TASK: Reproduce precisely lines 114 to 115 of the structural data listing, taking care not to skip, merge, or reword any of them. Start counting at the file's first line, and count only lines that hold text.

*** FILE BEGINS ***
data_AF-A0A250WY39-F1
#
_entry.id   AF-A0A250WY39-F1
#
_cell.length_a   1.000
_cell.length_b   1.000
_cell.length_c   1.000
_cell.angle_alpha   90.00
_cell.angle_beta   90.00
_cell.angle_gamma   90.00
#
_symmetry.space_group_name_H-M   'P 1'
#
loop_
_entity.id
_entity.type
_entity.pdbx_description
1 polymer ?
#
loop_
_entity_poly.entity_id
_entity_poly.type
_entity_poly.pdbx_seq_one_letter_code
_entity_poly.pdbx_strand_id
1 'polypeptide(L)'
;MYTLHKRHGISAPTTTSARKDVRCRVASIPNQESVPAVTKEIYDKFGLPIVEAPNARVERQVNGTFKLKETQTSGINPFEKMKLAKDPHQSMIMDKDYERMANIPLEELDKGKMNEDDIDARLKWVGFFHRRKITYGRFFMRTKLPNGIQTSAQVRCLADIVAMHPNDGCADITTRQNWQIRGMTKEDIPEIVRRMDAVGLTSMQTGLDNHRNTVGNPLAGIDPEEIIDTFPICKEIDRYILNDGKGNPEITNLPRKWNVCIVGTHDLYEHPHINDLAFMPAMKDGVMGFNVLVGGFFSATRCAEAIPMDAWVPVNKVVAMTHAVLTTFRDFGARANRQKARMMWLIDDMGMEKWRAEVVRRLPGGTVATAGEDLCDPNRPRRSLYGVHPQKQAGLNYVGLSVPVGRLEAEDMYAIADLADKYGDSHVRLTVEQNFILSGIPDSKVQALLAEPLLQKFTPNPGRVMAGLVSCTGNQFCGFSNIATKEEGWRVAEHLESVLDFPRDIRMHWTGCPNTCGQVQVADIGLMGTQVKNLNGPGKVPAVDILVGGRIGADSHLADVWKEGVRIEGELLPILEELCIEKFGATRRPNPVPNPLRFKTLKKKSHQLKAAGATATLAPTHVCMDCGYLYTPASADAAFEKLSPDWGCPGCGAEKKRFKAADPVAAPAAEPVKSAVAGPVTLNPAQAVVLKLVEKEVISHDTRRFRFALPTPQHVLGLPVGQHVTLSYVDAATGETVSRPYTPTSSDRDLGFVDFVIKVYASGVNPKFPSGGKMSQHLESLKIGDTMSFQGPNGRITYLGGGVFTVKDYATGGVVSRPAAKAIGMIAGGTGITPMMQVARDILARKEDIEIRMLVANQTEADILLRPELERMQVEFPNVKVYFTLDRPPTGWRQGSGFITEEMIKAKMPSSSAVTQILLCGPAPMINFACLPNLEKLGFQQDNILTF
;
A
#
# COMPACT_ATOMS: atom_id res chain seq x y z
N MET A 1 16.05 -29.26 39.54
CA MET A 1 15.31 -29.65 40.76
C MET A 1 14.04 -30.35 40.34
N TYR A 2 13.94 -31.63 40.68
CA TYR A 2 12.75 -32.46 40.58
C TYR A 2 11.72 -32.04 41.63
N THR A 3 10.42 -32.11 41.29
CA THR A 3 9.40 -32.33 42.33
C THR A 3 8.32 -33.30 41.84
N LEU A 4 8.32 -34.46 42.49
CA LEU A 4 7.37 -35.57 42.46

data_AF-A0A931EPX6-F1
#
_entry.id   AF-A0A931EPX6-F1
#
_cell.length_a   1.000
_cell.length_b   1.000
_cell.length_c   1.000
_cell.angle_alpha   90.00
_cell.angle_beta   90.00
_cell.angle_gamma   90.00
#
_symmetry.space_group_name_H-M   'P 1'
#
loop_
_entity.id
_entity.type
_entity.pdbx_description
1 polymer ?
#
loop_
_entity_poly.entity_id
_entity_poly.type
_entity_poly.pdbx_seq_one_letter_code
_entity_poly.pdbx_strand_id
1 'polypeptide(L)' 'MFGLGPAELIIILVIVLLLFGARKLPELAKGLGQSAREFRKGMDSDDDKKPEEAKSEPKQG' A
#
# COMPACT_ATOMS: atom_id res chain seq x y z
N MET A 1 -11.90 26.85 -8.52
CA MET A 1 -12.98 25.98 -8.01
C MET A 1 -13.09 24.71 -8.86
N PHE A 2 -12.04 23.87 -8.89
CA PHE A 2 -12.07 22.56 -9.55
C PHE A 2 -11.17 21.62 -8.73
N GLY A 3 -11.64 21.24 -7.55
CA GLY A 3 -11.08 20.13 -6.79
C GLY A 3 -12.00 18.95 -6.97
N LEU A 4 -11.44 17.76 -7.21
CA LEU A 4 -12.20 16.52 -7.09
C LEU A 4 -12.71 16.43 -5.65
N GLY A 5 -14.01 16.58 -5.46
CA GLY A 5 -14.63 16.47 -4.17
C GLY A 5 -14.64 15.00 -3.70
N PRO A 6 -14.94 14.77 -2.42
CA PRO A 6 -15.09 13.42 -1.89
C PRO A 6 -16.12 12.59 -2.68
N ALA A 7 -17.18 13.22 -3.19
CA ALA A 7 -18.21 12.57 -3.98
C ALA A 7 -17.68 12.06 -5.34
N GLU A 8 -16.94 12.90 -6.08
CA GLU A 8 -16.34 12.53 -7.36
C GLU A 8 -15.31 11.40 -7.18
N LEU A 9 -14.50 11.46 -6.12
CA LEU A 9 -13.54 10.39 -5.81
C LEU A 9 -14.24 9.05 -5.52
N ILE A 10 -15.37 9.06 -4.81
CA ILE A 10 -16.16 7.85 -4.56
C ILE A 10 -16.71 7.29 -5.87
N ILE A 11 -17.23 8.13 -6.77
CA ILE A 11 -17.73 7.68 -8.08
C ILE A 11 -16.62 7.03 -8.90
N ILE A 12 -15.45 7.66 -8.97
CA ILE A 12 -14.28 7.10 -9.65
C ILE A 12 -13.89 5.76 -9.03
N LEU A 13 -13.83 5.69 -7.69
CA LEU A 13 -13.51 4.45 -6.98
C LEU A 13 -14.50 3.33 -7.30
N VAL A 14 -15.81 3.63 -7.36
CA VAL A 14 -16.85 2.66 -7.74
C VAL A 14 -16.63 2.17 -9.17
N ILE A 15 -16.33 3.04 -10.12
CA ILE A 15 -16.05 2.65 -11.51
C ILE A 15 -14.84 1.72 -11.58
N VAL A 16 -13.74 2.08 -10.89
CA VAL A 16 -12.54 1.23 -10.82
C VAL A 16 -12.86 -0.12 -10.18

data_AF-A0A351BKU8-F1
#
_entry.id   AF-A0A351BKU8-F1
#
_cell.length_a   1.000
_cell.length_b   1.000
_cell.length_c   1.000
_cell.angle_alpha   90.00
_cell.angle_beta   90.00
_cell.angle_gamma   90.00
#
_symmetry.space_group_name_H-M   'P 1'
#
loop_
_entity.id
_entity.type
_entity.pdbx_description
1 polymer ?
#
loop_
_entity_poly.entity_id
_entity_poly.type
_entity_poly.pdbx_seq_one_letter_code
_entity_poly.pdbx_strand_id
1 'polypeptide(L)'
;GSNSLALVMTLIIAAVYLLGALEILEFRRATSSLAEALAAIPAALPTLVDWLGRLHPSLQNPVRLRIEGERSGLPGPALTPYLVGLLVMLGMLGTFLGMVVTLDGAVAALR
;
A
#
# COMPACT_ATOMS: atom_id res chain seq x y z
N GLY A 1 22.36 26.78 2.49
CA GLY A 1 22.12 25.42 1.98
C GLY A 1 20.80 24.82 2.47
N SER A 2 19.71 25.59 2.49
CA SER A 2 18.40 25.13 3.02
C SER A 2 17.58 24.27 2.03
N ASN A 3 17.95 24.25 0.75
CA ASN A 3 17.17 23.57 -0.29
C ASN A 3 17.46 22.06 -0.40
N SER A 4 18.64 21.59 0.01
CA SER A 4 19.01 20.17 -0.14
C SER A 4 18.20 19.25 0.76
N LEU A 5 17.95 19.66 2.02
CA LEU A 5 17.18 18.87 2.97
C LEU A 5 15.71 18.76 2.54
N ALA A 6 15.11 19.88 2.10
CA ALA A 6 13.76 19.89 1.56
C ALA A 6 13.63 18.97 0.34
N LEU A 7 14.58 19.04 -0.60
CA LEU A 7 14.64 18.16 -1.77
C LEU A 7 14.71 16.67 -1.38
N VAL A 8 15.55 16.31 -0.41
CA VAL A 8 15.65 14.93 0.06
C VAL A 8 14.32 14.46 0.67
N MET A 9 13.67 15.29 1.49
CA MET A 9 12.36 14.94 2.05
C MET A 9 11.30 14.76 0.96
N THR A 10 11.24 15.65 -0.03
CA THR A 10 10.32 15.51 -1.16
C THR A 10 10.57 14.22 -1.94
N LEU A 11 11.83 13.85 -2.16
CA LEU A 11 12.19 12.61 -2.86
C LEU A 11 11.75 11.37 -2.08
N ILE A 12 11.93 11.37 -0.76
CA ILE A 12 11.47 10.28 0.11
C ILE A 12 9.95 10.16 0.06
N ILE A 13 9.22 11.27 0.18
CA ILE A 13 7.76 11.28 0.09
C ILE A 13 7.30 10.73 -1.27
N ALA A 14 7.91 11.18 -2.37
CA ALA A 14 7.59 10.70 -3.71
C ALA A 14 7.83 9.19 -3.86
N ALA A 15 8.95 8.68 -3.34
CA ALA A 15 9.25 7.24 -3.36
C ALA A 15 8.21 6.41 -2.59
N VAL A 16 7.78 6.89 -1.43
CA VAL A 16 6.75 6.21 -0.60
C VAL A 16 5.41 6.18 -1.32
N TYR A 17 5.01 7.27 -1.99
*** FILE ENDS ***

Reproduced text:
N VAL A 16 -13.74 2.08 -10.89
CA VAL A 16 -12.54 1.23 -10.82